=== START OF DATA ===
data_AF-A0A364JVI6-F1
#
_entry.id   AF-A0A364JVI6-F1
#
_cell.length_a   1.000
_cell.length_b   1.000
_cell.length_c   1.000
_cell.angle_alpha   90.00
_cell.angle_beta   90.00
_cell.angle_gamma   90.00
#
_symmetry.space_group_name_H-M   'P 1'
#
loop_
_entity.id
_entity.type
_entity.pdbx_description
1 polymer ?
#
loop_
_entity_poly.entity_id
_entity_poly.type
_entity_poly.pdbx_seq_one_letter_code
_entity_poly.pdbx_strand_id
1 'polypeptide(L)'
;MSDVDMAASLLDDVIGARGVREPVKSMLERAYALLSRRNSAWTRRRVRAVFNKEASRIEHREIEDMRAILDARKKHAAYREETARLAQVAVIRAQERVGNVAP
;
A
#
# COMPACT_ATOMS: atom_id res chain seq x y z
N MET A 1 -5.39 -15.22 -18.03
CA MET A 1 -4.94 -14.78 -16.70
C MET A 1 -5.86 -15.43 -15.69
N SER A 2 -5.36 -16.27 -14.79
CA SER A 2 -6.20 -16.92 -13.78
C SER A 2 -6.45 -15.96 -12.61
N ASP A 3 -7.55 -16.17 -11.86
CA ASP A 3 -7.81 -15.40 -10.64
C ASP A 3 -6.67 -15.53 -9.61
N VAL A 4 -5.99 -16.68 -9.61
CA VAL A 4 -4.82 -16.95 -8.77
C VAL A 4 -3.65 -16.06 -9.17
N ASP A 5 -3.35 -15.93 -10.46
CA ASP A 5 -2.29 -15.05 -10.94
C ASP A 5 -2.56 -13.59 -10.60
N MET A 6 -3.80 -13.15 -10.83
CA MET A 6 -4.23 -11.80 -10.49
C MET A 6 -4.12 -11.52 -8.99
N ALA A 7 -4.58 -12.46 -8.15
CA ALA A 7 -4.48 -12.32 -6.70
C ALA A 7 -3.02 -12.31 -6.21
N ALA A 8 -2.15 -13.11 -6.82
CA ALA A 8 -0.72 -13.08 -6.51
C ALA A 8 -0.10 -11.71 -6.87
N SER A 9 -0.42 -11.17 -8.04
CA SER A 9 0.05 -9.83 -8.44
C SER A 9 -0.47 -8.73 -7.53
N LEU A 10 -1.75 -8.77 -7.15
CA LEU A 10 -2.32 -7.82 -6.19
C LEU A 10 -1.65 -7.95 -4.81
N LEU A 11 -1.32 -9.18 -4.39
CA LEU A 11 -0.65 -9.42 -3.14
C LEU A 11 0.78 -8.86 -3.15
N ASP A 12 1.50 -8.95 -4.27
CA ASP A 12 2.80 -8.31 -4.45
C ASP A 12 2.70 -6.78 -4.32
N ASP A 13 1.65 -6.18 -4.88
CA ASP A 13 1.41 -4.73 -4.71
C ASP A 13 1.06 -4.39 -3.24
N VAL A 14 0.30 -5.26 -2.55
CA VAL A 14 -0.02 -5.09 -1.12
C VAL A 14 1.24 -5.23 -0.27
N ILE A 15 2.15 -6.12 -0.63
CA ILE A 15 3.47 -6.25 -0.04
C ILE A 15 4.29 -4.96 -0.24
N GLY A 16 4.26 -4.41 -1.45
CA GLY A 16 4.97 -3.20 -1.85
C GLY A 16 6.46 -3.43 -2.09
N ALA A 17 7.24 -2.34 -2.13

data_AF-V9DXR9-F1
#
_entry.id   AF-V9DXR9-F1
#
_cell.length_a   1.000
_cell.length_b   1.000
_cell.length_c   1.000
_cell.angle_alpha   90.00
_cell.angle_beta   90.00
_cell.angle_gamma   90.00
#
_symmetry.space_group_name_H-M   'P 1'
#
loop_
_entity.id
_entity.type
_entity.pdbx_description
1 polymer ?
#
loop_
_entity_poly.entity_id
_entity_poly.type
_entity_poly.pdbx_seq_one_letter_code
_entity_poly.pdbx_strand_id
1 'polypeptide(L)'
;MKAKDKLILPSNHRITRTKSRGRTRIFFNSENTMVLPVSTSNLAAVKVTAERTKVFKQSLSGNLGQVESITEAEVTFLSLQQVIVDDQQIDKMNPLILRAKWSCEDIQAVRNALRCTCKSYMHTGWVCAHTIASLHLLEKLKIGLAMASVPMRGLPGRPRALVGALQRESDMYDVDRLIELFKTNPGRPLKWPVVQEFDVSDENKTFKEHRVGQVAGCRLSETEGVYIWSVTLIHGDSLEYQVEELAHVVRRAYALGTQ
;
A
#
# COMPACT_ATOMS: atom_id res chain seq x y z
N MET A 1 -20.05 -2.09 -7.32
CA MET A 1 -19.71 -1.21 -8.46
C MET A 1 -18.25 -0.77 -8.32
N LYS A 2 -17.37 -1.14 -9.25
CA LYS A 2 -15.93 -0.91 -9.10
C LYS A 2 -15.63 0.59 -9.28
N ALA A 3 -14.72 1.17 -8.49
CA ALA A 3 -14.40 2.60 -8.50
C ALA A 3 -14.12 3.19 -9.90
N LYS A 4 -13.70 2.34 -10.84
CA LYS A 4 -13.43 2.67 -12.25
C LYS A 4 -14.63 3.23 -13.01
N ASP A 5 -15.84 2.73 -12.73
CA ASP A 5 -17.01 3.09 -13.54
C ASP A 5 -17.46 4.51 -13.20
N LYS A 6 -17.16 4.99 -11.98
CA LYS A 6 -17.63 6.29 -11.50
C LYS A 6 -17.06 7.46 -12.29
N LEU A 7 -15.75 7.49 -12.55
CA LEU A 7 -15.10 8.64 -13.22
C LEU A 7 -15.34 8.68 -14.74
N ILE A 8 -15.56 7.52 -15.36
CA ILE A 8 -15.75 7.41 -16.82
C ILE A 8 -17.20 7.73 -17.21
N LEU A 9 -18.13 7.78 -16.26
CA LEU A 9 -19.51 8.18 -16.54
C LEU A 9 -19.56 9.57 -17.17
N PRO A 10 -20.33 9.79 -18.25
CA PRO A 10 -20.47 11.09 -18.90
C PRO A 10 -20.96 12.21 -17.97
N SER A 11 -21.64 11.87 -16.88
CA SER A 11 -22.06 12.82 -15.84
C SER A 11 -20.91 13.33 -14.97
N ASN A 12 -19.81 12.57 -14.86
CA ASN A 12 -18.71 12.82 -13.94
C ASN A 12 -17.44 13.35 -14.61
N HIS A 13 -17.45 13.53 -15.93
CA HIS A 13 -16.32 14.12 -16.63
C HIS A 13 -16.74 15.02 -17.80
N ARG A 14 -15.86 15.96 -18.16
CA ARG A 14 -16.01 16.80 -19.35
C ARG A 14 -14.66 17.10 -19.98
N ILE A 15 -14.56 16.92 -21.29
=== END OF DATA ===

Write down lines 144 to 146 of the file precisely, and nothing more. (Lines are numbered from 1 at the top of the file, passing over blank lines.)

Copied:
CA ASN A 12 -18.71 12.82 -13.94
C ASN A 12 -17.44 13.35 -14.61
N HIS A 13 -17.45 13.53 -15.93